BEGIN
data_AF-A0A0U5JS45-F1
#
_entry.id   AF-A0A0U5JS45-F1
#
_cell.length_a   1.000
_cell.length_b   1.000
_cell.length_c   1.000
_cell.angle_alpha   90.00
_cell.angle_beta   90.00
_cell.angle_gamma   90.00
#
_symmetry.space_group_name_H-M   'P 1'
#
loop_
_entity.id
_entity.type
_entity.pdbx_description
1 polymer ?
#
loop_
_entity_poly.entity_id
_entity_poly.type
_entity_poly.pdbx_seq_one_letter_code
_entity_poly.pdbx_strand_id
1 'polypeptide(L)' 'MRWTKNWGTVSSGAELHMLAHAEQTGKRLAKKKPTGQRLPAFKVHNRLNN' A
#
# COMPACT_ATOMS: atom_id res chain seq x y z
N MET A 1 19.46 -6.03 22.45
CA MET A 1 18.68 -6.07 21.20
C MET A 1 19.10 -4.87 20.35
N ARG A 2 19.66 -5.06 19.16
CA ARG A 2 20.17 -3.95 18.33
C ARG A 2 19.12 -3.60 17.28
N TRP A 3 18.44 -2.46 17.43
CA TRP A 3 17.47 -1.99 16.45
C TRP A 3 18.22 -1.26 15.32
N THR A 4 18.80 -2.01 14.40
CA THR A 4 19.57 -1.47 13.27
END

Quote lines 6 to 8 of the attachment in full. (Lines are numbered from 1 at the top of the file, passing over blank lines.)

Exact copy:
_cell.length_b   1.000
_cell.length_c   1.000
_cell.angle_alpha   90.00